My first week on the trail, I met a hiker sketching the surrounding scene in a shelter. She was peering off into the gray rain, sitting quietly to herself, and maintained this composed coolness that I’ve always admired in others (I’m more like an excited puppy in my demeanor). In an attempt to make conversation, I asked how phone service was at this location. I know, I’m really skilled in the connecting-meaningfully-with-strangers category. She politely explained that she hadn’t checked yet; she only had a flip phone that she used periodically in attempt to ‘unplug.’ No social media, no email, no texts.
What a romantic idea, I thought. Very Thoreau-esque. And as I entertained the idea of myself truly going off grid, I knew that it ultimately wasn’t my mission. I applaud those that can disconnect and be fully and privately immersed in the woods. But me, I wanted to share my journey. I wanted to write about my experiences, post about trail life, show my friends and family and strangers the highs and lows of the AT. So that is what I vowed to do.
And then I kinda sucked at it.
The first 800 miles or so I did O.K. I posted a blog about once a week, and got great feedback. Even cooler, it wasn’t just my parents reading them. I had a lot of strangers or distant connections reaching out to me. Like, a classmate’s cousin, or my neighbor’s coworker. Occasionally, I’d meet a trail angel or even a cashier at a store that would ask for my information so they could follow along. That felt good. Really good.
As I walked, new ideas would come to me effortlessly. My writing felt important, even if I was just talking about how good it felt to shower after a week, or the strong bond between two people over shared Ramen. Even after hiking all day, I could get into camp, carry out my nightly chores, and then still ramble out my thoughts in my journal or even type a draft for my blog.
But after a while, it became increasingly difficult to find the time and motivation to even consider posting a blog. Whether it was loved ones visiting me, small injuries and aches that left me in a cranky, distracted mood, or bigger miles bringing me into camp late, I seemed to always have an excuse as to why I couldn’t write. Not even in my journal. My Future Self would protest, ‘make note of what you saw today, the people you met, the way the heat rash is making your back feel like it’s being tickled by a bug zapper,’ and my Current Self would retort, ‘you are too exhausted to even care about sharing your sleeping space with mice tonight, of course you don’t have to write.’
I got hit pretty hard by the Virginia Blues. Then, later, a sense of senioritis because I knew I was coming off the trail for a wedding. I thought that the trail would become easier in time, that I would be able to fall into a gentle acceptance of my new lifestyle. I believed that the first two weeks had to be the hardest. But in actuality, the trail became much harder for me mentally. There was never a point in which I truly wanted to quit, but that’s not to say there wasn’t an abundance of tears, kicked rocks, and grunts of frustration. Everyone knows the trail hasn’t been a walk in the park for me, but I haven’t really emphasized how soul-crushingly hard it’s been, either. I mean, this thing has truly broken down my mental state and my physical health. I think I’ve always felt a strong loyalty to the trail, and that perhaps I would be deemed undeserving if I dare say that it’s not all rainbows.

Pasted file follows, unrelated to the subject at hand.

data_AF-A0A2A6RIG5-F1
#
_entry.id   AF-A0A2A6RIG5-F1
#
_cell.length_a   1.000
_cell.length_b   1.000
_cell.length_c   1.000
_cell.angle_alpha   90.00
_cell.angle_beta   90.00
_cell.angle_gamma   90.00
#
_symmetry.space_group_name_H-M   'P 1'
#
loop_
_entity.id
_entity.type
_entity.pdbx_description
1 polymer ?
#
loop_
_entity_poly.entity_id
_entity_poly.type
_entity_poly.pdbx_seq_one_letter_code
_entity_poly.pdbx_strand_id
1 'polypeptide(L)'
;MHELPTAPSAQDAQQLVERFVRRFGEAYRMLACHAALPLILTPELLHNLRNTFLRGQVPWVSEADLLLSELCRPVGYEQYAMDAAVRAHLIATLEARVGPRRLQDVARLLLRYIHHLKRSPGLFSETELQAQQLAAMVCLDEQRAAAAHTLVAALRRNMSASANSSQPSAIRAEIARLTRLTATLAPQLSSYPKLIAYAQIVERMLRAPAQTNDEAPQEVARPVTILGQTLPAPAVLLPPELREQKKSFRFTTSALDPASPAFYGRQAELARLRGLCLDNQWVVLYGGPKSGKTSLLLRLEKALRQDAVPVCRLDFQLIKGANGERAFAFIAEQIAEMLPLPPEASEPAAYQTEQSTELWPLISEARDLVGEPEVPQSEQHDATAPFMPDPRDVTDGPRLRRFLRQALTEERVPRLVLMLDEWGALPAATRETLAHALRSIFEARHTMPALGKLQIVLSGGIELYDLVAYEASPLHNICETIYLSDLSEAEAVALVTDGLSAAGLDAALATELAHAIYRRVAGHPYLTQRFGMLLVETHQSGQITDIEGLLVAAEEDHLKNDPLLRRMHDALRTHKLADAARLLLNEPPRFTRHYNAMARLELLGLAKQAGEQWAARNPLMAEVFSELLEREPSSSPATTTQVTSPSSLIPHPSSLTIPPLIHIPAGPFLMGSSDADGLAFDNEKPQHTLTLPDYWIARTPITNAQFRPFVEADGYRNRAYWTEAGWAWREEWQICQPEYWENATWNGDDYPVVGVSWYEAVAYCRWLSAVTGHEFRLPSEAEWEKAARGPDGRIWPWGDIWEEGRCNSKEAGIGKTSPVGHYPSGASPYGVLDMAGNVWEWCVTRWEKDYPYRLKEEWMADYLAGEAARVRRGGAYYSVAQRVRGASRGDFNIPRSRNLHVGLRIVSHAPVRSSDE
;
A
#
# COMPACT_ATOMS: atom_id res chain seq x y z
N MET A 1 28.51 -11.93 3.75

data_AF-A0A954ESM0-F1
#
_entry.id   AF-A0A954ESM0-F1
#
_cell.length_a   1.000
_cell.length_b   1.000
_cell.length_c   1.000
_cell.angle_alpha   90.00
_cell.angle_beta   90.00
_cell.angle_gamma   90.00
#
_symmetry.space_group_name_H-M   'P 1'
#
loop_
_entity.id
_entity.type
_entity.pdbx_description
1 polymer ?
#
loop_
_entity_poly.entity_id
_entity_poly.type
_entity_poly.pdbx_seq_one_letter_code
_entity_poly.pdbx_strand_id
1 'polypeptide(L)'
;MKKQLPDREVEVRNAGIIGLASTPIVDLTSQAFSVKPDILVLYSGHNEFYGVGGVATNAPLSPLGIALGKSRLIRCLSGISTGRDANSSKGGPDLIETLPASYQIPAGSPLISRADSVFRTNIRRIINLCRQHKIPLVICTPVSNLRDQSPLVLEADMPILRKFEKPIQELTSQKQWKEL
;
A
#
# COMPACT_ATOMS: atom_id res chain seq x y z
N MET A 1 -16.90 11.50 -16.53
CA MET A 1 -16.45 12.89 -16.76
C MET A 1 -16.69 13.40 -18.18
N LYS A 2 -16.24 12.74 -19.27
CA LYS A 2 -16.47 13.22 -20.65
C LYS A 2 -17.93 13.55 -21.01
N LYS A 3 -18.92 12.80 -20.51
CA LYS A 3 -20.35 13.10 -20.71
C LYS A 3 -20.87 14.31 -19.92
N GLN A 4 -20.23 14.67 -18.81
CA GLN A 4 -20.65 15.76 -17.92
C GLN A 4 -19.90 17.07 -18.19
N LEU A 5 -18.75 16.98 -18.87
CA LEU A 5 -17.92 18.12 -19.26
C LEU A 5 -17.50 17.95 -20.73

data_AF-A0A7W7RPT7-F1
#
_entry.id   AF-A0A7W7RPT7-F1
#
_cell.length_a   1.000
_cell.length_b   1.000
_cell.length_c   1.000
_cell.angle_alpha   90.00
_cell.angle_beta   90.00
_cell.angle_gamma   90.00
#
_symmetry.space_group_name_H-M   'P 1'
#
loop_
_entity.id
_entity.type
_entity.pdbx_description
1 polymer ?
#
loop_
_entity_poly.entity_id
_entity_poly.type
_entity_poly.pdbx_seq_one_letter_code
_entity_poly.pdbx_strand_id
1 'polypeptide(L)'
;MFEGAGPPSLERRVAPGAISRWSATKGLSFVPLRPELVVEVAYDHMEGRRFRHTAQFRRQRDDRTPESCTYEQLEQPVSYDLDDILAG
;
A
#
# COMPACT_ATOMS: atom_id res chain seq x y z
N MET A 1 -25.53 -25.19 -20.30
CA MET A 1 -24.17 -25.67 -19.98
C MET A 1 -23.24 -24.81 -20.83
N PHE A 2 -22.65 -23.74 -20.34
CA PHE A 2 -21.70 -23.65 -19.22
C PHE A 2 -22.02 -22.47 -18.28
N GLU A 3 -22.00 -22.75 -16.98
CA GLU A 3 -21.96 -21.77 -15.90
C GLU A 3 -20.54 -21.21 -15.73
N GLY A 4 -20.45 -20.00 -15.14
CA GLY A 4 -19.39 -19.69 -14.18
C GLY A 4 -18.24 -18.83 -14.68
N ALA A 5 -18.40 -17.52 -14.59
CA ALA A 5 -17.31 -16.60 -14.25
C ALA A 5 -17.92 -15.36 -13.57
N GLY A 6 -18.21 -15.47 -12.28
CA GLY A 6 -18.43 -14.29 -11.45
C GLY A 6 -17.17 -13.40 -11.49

In the beginning, the days seemed to fly by, and often I would walk all day in a sort of productive meditation. But the last couple weeks, there have been times I’ve stared at my watch in literal disbelief, my jaw hung open at the unfathomable realization that it was only 2 o’clock, and I still would be hiking for 6 more hours. The first day in New York, I’m not exaggerating when I say I stalled beneath a white blaze for 10 minutes; I may have actually said aloud, ‘I’m supposed to go up this?’
The lack of motivation mirrored in my writing. Or lack there of, I should say. Once I went through a dry spell of not writing, Newton’s law seemed to take over: an object at rest will stay at rest. And I was the object. Except I wasn’t really resting because I was walking for 12 hours a day. Are you still following? I still wanted to write, to share my experiences, to be the open book about the ups and downs about the trail, but so many weeks had gone by since my last article, and it started to feel more like a chore than a highlight. I became frustrated with myself. What about all those people that have the energy and commitment to make videos about their journey? What about the people that still seem pleasant at the end of a 28 mile day?
As I mentioned, I came off the trail for a wedding. With a week of ‘free time,’ I again vowed that I would get back to my writing. I wasn’t anticipating to feel like I had been hit by a bus after a day at home. It was difficult to get out of bed; I was utterly exhausted, feeling nauseous, and not wanting to do anything (which, if you know me, is the exact opposite of how I normally am. Remember the excited puppy reference earlier?). The doctor suggested that my escalation in fat storage and swollen glands was a result of being catapulted into ‘survival mode.’ After a Lyme test, which fortunately came back negative, and reassurance that all my blood work was O.K., I accepted that I truly just needed this downtime to be gentle with myself, and to become excited again about the trail.
So, that brings me to here, ready to finally answer the ‘are you alive?’ questions. For those that have asked about me, I sincerely thank you. Know that I won’t be taking a hiatus that long again! When I get back to the trail, I will have 800 miles left until I summit Katahdin. To answer the question, yes I am alive. And believe me when I say that despite the mental and physical pain, I am also well.